When your knees hurt, pay attention. When anything hurts, pay attention.
Sometimes self care means backing off and taking it easy. It’s knowing when to forget about the goals, for just a moment. And sometimes self care is driving to achieve with everything we’ve got. Because finding our dreams is why we rest.
Finding our dreams is why we rest.
When you find something that hurts, you have a big chance here. As a start, it’s a chance to learn how to move in your life in a way that doesn’t hurt you. It’s a chance to learn how to heal when healing is needed. And it’s a chance to learn how to accomplish everything you want to accomplish, in a way that feels good in your own body. Which happens to be the best way there is, to do everything there is.
Part of self care involves taking it easy. Rest when rest is needed. We’ll talk about knees to get started here.
There’s so much you can do that doesn’t involve testing or straining your knees, including from sitting and lying down. And from standing, it’s also of course possible with practice to change your body position – in particular, the length and width of your stance – so your knees are no longer over-challenged.
Knee pain is often a long-term chronic problem, and relates to how you move throughout your whole life. So it’s not always a yoga puzzle, and probably not great to over-diagnose how you’re doing yoga as the cause of difficulty here. At the same time, with the right approach and practice, yoga can become a cure. And from this perspective, we have a challenge for knees that might have something to do with yoga poses.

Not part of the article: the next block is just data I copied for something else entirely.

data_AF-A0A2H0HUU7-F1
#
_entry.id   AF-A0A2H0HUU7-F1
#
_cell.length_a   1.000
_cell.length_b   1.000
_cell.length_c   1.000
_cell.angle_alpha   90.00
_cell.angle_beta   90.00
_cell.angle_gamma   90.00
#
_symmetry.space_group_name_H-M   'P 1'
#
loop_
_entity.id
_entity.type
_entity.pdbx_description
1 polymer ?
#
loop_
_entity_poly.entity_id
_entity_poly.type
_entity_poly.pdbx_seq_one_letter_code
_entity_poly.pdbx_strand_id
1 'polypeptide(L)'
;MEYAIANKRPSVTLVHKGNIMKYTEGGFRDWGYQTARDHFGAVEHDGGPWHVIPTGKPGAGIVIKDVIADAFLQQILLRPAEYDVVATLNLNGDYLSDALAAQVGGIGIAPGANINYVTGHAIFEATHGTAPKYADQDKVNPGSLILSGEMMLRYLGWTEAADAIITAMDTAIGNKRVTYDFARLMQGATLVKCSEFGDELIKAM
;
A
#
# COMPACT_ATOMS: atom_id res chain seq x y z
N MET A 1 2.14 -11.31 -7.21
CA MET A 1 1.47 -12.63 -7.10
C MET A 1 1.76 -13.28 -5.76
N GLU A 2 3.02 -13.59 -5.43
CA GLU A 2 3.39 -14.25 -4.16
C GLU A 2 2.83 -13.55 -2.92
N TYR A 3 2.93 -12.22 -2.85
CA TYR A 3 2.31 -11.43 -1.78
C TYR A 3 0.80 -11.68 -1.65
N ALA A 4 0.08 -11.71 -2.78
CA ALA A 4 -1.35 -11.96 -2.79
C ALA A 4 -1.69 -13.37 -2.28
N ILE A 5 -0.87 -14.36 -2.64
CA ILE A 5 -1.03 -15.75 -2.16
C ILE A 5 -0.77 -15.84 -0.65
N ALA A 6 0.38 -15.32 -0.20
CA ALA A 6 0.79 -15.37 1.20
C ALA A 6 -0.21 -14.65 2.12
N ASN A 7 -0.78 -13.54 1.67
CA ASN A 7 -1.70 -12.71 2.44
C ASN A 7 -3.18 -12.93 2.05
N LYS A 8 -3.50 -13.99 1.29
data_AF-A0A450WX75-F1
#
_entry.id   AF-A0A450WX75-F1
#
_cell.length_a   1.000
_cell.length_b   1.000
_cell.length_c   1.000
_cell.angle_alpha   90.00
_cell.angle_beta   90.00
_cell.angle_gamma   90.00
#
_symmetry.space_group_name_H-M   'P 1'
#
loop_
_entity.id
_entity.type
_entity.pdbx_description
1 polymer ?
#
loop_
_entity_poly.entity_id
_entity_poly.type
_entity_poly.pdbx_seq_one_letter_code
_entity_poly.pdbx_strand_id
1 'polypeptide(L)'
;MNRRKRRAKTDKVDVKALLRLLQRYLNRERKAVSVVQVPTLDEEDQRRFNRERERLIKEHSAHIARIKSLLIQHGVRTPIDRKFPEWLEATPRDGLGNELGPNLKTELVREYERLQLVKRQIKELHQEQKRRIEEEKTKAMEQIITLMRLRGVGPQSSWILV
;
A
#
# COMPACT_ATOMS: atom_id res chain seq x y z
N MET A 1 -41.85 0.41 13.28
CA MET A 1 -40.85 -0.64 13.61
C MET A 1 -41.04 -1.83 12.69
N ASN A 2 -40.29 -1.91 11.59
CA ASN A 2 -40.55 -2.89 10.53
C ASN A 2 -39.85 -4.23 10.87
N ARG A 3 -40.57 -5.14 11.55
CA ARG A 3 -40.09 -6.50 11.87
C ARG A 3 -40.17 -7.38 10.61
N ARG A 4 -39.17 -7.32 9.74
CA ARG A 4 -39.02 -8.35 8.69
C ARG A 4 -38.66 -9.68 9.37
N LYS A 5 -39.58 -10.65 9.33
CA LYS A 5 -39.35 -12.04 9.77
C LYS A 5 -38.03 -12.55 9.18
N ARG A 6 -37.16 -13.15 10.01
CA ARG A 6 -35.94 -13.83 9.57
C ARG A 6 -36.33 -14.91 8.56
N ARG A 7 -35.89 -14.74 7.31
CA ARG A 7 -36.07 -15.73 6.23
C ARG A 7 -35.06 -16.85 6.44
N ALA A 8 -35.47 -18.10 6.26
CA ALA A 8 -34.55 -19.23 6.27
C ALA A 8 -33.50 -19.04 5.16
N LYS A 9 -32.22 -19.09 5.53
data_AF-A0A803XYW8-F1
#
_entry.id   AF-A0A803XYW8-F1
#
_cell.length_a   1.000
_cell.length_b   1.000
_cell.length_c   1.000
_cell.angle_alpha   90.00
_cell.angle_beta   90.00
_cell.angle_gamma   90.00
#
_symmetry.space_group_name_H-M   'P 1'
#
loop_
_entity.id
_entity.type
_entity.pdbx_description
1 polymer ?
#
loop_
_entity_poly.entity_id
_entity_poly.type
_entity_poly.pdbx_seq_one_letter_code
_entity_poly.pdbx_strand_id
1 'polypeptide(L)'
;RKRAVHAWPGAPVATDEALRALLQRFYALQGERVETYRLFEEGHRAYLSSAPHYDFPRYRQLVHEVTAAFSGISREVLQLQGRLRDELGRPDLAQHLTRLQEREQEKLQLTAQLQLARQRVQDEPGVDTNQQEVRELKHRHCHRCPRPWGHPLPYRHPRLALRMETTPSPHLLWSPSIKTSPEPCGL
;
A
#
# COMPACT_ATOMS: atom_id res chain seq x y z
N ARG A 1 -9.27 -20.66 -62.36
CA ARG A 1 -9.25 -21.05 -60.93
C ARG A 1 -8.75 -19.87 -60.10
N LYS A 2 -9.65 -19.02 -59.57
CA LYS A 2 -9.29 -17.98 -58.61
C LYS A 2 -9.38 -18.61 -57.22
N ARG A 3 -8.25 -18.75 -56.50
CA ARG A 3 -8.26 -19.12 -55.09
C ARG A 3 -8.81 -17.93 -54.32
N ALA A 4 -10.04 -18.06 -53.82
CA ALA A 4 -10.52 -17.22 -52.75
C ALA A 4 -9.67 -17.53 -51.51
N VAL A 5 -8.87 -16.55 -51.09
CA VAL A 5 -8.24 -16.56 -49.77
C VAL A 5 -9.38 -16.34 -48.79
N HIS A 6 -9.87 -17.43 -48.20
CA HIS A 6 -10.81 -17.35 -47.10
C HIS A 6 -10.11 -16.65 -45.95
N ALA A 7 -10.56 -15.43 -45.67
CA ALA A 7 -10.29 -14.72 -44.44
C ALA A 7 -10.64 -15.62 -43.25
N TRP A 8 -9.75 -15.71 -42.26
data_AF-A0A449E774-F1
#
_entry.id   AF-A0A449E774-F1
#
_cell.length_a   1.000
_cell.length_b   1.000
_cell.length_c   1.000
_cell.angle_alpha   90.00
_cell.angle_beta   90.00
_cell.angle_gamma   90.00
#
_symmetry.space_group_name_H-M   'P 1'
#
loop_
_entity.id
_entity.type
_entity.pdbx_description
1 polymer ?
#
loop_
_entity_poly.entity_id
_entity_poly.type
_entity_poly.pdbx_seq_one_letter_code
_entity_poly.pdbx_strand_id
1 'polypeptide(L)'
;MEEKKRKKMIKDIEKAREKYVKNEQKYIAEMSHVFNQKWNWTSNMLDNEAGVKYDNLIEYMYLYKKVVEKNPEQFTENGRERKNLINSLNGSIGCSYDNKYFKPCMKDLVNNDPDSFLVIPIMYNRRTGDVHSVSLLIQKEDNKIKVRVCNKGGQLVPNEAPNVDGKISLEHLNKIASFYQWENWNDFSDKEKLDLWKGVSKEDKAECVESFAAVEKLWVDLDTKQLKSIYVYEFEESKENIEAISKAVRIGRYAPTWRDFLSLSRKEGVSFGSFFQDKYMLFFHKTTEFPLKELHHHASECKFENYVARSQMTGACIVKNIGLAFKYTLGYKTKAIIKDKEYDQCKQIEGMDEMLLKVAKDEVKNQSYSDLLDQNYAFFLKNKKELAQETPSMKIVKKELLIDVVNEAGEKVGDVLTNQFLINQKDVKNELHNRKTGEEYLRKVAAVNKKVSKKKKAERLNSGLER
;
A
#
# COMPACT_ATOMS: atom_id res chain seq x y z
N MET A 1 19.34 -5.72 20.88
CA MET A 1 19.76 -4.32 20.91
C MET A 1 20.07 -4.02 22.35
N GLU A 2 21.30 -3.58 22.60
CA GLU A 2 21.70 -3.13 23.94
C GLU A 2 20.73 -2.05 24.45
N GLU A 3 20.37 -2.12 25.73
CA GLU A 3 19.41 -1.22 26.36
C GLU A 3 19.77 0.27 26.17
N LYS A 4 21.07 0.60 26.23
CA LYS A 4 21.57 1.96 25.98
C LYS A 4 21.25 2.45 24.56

There are many frequent causes for knee difficulty. Three of them come up pretty often in yoga, and these same principles apply for tai chi practice, and across pretty much everything we do.
1) Body position. We’re often taught to make our positions very long, narrow, and awkward. This puts a great deal of strain on our knees. We then carry this strain into movement, which leads to aggravation and injury over time.
2) Using force against resistance in our own bodies. We might also be taught to push into hip openers like ankle to knee and pigeon, which over time destabilizes our knees, and makes them more vulnerable to injuries.
3) Moving with excess tension. We’re taught in yoga to carry a great deal of tension throughout our whole body, and then move with this tension. This comes in part from an idea in yoga about practicing suffering to transcend suffering. And part comes from yoga lacking a history of movement wisdom, unlike the art forms originating further East. This moving with excess tension inhibits everything we do, and keeps us working much harder than we need to accomplish much less than we can.
All of these combined lead to injury, even when the visual of “correct” alignment is maintained – because in all of these causes, our body is out of harmony with itself, and we’ve blocked our ability to move safely and naturally.